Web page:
The two commissioners urged ministers to reconsider their positions ahead of further discussions scheduled for next month. Meanwhile, French president Jacques Chirac said yesterday that two tankers sinking off the French coast in less than a year proved that rules to protect the marine environment needed to catch up with regulation of air quality.
Carrying nearly 4,000 tonnes of the hydrocarbon styrene as well as other chemicals, the Italian-registered Ievoli Sun foundered in high seas and was being towed to Cherbourg when it sank 45 kilometres off the coast of Normandy. The incident has reignited fears over environmental risks from shipping less than a year after the Erika oil spill (ENDS Daily 12 January).
The Ievoli Sun was classed by Italian safety certification agency Rina, which also classed the Erika, as well as an oil tanker called Nunki that in June was named "rustbucket of the month" by international port state control body Paris MOU (ENDS Daily 27 June).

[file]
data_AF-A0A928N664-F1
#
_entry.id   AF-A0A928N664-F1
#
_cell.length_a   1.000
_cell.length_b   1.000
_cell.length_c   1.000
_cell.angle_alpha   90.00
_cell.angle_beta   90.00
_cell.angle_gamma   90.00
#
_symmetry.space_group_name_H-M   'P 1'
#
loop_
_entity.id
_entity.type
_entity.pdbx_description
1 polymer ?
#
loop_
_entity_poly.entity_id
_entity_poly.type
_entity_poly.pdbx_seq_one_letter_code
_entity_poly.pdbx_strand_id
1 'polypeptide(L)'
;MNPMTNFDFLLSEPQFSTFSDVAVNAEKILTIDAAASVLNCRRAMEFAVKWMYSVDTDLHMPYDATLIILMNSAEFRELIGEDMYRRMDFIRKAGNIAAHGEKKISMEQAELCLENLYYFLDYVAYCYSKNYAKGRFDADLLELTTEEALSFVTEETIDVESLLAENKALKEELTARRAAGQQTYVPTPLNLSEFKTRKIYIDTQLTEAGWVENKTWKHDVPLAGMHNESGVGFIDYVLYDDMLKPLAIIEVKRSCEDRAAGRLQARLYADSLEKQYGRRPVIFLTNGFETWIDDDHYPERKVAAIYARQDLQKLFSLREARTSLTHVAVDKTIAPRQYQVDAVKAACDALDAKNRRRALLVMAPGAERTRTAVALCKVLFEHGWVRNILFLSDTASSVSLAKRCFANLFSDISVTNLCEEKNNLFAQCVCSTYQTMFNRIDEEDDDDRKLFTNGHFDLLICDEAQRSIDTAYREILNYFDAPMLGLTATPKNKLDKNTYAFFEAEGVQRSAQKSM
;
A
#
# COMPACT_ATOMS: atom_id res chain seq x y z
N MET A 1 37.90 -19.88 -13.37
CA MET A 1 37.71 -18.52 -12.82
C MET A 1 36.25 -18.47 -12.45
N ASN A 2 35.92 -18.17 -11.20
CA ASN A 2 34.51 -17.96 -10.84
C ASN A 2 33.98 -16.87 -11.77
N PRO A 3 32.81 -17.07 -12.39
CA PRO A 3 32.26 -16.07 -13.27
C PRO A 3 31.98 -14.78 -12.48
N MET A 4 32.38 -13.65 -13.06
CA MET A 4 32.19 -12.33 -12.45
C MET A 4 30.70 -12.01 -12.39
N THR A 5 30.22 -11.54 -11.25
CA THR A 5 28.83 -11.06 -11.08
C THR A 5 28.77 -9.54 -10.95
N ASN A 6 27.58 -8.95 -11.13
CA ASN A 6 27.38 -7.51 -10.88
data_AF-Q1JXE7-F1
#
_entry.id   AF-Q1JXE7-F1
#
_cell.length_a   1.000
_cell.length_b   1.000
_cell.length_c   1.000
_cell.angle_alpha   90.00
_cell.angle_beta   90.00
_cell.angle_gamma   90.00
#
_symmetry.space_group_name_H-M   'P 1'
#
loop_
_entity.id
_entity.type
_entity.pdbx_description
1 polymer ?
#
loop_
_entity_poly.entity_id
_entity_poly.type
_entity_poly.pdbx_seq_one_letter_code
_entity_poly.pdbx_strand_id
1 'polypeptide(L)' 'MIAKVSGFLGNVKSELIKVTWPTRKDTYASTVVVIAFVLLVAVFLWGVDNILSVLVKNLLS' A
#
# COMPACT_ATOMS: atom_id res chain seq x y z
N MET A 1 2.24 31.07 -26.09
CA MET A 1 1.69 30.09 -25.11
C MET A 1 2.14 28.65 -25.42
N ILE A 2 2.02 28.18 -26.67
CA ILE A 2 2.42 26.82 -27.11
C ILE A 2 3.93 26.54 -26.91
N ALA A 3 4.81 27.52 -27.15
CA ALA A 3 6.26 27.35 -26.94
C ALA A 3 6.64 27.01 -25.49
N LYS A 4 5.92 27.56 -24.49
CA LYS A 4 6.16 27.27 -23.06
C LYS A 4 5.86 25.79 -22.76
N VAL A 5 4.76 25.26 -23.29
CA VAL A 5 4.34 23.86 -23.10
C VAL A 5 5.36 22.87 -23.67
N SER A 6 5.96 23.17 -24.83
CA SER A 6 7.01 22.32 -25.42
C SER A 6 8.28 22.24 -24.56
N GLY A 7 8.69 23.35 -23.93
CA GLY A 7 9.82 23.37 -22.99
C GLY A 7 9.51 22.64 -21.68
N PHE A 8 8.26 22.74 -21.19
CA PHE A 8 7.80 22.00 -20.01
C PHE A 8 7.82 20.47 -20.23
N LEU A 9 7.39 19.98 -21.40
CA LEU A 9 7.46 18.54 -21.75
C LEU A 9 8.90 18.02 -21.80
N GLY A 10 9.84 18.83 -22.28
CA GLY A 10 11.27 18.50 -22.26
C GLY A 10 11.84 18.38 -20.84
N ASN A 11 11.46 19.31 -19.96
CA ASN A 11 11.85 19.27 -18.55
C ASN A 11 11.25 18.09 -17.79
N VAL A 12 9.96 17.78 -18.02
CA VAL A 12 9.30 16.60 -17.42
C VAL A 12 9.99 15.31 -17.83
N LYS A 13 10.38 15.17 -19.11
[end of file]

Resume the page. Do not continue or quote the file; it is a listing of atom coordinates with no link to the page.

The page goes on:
French transport minister Jean-Claude Gayssot and Shell Chemicals, co-charterer of the ship, have both maintained that the accident will not have serious environmental impacts. Samples of air and water taken yesterday near the site have, thus far, shown no signs of styrene, and the chemical is not persistent in the environment.
It remains unclear whether the Ievoli Sun sinking would have been avoided had the Commission's maritime safety proposals already been signed into EU law. Contradictory reports have emerged on the state of the 11-year-old, double-hulled chemical tanker prior to its sinking. The ship's Italian owner and Shell Chemicals have defended the tanker's inspection record. But some press reports have alleged that the Ievoli Sun was in such poor condition that it had been detained three times by Dutch port authorities.
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